Monday, November 10, 2008


I never realized how often we use isotypes/pictographs, so I went looking for an older examples.  The pictures I posted is from 1944, and is comparing the 1937 male to female ratio in Great Britian and in the Soviet Union.  There are five age groups, and each symbol equals 250,00 people.

Of course this isn't the earliest example of pictographs.  Pictographs can be dated clear back to the days of cave painting, but Otto Neurath is the one credited for making them universal.  The person symbol is still used to this day, and variations of it can ben seen quite often.  The universal sign for restrooms is a great example.  The only variation is the dress shape on the female sign.  In the picture above, the shape of the person according to country.  People aren't the only thing used in pictographs.  They are now used in parks, airports, office buildings, malls, etc, and the simpler the better.  I honestly don't see pictographs going away anytime soon.  They may actually gain even more popularity.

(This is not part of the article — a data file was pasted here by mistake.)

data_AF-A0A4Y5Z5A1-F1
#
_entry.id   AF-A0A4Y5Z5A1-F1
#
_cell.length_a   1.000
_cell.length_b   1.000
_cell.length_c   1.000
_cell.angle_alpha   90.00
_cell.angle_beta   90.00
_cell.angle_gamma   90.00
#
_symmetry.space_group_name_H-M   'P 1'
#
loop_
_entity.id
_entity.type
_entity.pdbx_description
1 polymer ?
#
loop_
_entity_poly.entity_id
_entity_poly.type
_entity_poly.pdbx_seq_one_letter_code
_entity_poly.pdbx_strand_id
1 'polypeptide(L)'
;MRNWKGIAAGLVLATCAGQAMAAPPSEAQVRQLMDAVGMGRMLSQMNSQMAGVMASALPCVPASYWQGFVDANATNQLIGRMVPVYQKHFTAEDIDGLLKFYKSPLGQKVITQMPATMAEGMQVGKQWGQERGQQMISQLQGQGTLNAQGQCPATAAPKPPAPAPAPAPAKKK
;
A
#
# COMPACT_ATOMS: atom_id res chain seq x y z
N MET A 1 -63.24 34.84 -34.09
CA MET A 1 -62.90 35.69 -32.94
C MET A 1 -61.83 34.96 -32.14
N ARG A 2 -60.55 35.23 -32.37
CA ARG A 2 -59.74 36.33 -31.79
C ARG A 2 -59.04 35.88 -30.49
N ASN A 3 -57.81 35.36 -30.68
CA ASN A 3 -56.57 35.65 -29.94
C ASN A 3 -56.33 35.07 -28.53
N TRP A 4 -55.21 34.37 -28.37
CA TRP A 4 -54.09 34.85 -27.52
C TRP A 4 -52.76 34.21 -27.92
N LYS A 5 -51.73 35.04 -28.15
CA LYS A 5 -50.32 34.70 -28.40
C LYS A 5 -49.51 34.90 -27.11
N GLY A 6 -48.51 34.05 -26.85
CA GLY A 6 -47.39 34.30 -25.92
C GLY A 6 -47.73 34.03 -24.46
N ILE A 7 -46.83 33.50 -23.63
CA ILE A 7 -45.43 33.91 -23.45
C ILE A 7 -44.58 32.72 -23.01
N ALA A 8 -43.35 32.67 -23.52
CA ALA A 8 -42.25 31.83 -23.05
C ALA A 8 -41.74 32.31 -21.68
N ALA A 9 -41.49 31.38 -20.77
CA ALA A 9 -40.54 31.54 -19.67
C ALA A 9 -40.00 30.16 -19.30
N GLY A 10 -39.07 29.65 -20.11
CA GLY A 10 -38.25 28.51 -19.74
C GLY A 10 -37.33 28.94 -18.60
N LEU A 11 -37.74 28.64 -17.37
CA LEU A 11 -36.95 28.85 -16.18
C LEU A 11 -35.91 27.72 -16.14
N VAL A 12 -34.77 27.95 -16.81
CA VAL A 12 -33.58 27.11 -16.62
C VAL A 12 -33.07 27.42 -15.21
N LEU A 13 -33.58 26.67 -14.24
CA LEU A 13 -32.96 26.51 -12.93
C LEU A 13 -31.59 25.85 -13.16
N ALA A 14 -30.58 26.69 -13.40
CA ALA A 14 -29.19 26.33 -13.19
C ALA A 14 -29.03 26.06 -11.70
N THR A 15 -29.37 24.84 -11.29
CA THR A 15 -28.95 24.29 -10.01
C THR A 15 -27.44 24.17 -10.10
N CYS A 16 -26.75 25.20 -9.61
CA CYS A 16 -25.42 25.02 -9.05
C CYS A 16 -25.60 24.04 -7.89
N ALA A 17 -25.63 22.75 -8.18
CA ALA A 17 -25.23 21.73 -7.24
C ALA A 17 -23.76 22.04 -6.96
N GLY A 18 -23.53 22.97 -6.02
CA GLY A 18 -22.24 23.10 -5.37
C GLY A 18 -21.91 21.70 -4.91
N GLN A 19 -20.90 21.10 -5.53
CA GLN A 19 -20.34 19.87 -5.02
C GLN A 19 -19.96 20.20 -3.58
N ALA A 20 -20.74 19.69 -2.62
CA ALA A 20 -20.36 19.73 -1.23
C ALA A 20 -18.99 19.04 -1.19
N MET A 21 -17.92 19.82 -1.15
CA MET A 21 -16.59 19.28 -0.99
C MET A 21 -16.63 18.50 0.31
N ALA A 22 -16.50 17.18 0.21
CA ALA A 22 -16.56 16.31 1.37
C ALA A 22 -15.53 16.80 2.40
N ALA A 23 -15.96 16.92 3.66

April G. said...

I find a lot of humor in these little signs. They vary depending on the area that you are in and the meaning can be construed differently depending on how you look at them. I've noticed at the Cancun airport, the pictograms for the men and women are slightly different than what we use here in America. I also remember taking several photos in London of signs that I'd see around town, in the flat I stayed in, at the airport, street signs etc.... The pictograms were much funnier than the straightforward stuff we have here. I'd post photos but it'd mean having to dig through old boxes of stuff to find them. So instead, I did a quick search online and found this interesting restroom sign in Tijuana, Mexico.

gdhistory anderson becker carter said...

Seeing these symbols reminds me of last semester's Type, Image, and Symbol class with Cherie. I understood what we were doing but learning the history of the use of symbols has allowed me to truly understand why we use them. They are a powerful tool that can help travelers, foreigners, and illiterate individuals understand things. Symbols and pictograms are universal and help to make people feel more comfortable. They also go along with the Swiss DeStijl movement and the unification and universality of typography and design.

gdhistory anderson becker carter said...

That image was very interesting to see that they used the isotypes when collecting and displaying data